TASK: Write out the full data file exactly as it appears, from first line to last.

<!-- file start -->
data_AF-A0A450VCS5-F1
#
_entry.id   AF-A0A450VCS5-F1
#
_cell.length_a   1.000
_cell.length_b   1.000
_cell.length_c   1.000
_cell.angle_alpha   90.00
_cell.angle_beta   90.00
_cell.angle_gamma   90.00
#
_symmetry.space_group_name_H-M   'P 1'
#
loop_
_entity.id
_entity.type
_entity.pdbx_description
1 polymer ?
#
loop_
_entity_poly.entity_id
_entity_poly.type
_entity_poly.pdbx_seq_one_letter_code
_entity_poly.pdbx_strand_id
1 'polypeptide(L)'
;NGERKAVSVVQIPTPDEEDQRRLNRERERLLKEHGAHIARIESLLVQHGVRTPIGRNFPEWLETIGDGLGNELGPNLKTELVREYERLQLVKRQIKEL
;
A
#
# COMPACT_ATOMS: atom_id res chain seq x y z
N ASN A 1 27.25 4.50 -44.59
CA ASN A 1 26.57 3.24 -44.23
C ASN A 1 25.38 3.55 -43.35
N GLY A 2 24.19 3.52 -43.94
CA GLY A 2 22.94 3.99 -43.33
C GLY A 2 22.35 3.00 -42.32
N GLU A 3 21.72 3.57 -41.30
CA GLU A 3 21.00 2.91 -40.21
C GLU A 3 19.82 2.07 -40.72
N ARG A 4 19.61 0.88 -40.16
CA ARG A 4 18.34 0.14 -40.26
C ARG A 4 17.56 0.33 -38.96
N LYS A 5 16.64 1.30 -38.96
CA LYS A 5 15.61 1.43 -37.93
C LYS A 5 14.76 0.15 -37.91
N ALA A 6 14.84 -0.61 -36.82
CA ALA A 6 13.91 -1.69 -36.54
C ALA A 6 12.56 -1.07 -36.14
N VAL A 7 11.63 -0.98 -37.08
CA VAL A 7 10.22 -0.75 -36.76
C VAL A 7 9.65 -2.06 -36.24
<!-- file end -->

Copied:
data_AF-A0A450VCS5-F1
#
_entry.id   AF-A0A450VCS5-F1
#
_cell.length_a   1.000
_cell.length_b   1.000
_cell.length_c   1.000
_cell.angle_alpha   90.00
_cell.angle_beta   90.00
_cell.angle_gamma   90.00
#
_symmetry.space_group_name_H-M   'P 1'
#
loop_
_entity.id
_entity.type
_entity.pdbx_description
1 polymer ?
#
loop_
_entity_poly.entity_id
_entity_poly.type
_entity_poly.pdbx_seq_one_letter_code
_entity_poly.pdbx_strand_id
1 'polypeptide(L)'
;NGERKAVSVVQIPTPDEEDQRRLNRERERLLKEHGAHIARIESLLVQHGVRTPIGRNFPEWLETIGDGLGNELGPNLKTELVREYERLQLVKRQIKEL
;
A
#
# COMPACT_ATOMS: atom_id res chain seq x y z
N ASN A 1 27.25 4.50 -44.59
CA ASN A 1 26.57 3.24 -44.23
C ASN A 1 25.38 3.55 -43.35
N GLY A 2 24.19 3.52 -43.94
CA GLY A 2 22.94 3.99 -43.33
C GLY A 2 22.35 3.00 -42.32
N GLU A 3 21.72 3.57 -41.30
CA GLU A 3 21.00 2.91 -40.21
C GLU A 3 19.82 2.07 -40.72
N ARG A 4 19.61 0.88 -40.16
CA ARG A 4 18.34 0.14 -40.26
C ARG A 4 17.56 0.33 -38.96
N LYS A 5 16.64 1.30 -38.96
CA LYS A 5 15.61 1.43 -37.93
C LYS A 5 14.76 0.15 -37.91
N ALA A 6 14.84 -0.61 -36.82
CA ALA A 6 13.91 -1.69 -36.54
C ALA A 6 12.56 -1.07 -36.14
N VAL A 7 11.63 -0.98 -37.08
CA VAL A 7 10.22 -0.75 -36.76
C VAL A 7 9.65 -2.06 -36.24